I have hammered home the point that the biopic should show as much performance footage as possible – on stage and in the studio.

Perhaps this is the most profound pleasure a biopic can offer: the sense of one artist being moved by another.

Shouldn’t be a problem considering the variety of artists Davis crossed paths with throughout his life.

Hey, What’s Don Cheadle Doing?*

don-styleMatt Damon and Don Cheadle enjoyed Martorano’s restaurant at Rio All-Suite Hotel & Casino on Saturday, July 3rd following the celebrity poker tournament, Ante up for Africa. Joined by a handful of their closest friends, Damon and Cheadle reminisced about their movie roles including Rounders and Ocean’s 13, while Martorano’s played clips of the films on the dining room TVs.

The group enjoyed house specialties including the homemade meatballs, made famous by celebrated Chef Steve Martorano. As customary with celebrity diners, each signed the wall hanging with personalized comments for Martorano. (Vegas News)

This is such a nothing story, but I like to think Cheadle was talking to Damon about possibly joining him on the Miles Davis Biopic. For what part I have no clue, but even if Cheadle didn’t ask Damon to be in the movie, I do hope Cheadle at least talked about the project, provided everyone an update between bites of their delicious meatballs.

* when he’s not working on the Miles Davis Biopic

Dave Brubeck Says Miles Davis Was A Good Basketball Player

Who knew?

“When people think of jazz legend Miles Davis, they invoke his troubled life or his skill with a trumpet. Dave Brubeck, himself a music icon, recalls a different side.

“One day he came to my house, and my kids, when they came home from school, they saw Miles and I playing basketball,” he said. ”They couldn’t believe that.

“Then he went to the punching bag. He liked to box. Did you know that? He was very interested in sports.”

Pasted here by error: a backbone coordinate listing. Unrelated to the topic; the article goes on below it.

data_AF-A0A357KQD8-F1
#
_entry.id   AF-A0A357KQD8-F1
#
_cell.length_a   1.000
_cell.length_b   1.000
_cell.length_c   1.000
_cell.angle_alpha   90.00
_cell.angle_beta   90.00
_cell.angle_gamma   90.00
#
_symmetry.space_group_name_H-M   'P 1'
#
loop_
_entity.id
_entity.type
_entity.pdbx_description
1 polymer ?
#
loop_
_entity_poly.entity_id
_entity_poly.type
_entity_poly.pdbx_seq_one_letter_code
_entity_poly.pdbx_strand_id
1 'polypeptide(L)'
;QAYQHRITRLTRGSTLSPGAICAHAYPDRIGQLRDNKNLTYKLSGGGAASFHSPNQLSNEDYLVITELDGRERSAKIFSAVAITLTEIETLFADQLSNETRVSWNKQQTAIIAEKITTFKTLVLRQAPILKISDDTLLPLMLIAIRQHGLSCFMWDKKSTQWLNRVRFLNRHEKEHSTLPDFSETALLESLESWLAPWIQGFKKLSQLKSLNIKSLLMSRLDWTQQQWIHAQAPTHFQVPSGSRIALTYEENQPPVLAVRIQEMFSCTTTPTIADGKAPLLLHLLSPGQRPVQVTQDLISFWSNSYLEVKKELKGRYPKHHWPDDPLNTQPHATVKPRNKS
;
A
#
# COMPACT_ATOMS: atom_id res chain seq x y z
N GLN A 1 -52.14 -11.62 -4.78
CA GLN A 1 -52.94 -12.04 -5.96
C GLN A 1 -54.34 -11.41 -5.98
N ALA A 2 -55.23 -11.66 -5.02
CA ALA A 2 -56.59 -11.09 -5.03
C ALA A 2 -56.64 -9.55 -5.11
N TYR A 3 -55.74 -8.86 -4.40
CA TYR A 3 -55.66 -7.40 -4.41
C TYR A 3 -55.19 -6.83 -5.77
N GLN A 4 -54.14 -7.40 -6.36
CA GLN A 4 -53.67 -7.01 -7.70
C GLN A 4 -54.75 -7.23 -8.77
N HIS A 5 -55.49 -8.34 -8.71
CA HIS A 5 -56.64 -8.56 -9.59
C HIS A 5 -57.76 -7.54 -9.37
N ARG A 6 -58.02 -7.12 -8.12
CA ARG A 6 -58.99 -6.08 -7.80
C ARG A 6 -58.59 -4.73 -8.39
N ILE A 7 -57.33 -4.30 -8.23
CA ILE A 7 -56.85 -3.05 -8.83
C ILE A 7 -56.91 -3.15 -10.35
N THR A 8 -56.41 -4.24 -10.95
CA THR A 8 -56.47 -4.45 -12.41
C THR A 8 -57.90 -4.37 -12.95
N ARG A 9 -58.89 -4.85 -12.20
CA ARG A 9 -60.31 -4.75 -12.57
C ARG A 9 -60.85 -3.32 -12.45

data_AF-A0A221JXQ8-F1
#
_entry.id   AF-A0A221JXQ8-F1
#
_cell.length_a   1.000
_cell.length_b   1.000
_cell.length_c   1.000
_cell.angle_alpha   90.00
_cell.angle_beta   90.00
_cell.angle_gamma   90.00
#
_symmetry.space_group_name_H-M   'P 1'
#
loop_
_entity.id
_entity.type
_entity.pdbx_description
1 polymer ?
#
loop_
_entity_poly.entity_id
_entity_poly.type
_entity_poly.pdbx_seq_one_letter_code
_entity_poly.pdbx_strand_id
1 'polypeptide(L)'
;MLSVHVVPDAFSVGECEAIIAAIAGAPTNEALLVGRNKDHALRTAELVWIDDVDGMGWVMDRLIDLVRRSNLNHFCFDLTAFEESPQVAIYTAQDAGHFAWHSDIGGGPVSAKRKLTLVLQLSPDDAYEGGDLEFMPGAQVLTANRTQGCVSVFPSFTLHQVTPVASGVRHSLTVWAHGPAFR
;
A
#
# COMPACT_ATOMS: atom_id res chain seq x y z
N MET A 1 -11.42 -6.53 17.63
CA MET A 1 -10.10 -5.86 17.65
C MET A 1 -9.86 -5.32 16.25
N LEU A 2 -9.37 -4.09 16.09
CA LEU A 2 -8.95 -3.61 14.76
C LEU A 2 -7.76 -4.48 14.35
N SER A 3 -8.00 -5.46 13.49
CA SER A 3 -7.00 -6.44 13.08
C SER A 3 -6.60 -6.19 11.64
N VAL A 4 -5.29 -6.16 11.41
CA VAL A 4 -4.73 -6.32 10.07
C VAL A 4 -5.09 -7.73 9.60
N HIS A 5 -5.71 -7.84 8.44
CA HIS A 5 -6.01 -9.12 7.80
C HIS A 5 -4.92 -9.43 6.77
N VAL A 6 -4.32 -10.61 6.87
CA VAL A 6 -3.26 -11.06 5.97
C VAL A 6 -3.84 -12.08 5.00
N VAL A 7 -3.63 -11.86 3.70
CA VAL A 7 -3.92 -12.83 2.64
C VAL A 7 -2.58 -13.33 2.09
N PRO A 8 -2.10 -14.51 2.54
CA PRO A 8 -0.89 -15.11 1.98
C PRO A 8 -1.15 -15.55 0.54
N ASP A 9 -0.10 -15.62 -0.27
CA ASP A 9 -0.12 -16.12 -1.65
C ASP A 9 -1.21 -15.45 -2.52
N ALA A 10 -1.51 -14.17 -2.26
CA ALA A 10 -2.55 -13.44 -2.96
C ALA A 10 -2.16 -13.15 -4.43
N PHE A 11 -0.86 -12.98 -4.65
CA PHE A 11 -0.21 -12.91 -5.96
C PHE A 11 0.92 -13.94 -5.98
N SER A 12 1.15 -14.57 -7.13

Brubeck, 89, was presented Monday with a special Miles Davis Award by the Montreal International Jazz Festival for his storied career, which includes his invention of a jazz style dubbed West Coast Cool.

Brubeck said he and Davis, who died in 1991, were close friends and toured together.” text by Nelson Wyatt

via Jazz icon Dave Brubeck recalls Miles Davis could handle a basketball well – Winnipeg Free Press.

Miles Davis / The Album Covers

* sessions, imports, singles, reissues, compilations, live recordings…
** mostly just album covers i think look really cool…

Miles Davis / The Sidemen

Wynton Kelly

Miles Davis / The Album Covers


* sessions, imports, singles, reissues, compilations, live recordings…
** mostly just album covers i think look really cool…

A Miles Davis Original Signed 1958 Recording Contract



Miles Davis Original Recording Contract: a two-page agreement on Columbia Records letterhead, dated June 24 1958 — signed by the great jazz trumpeter in blue ink at the second page.

The document engages Miles Davis to record the songs “Django, “The Jitterbug Waltz”,” ‘Round Midnight” and “Wild Man Blues” for Columbia ‘s European affiliate, Phillips, with renowned French composer, Michel Legrand for what would become an acclaimed album, Legrand Jazz. Best known as a film composer and orchestrator, Legrand also had a genuine affinity for jazz, and this recording featured his arrangements played by three, quite large separate ensembles, which included jazz luminaries such as John Coltrane, Ben Webster, Bill Evans, Art Farmer, Paul Chambers and, of course, Miles Davis, whose solo contributions on the listed songs are among the strongest on the recording.

via: www.jazzfirstbooks.com

Miles Davis: All Of You, 1964

* The Miles Davis Movie: Filming the ‘Second Great Quintet’

Play Along With Miles Davis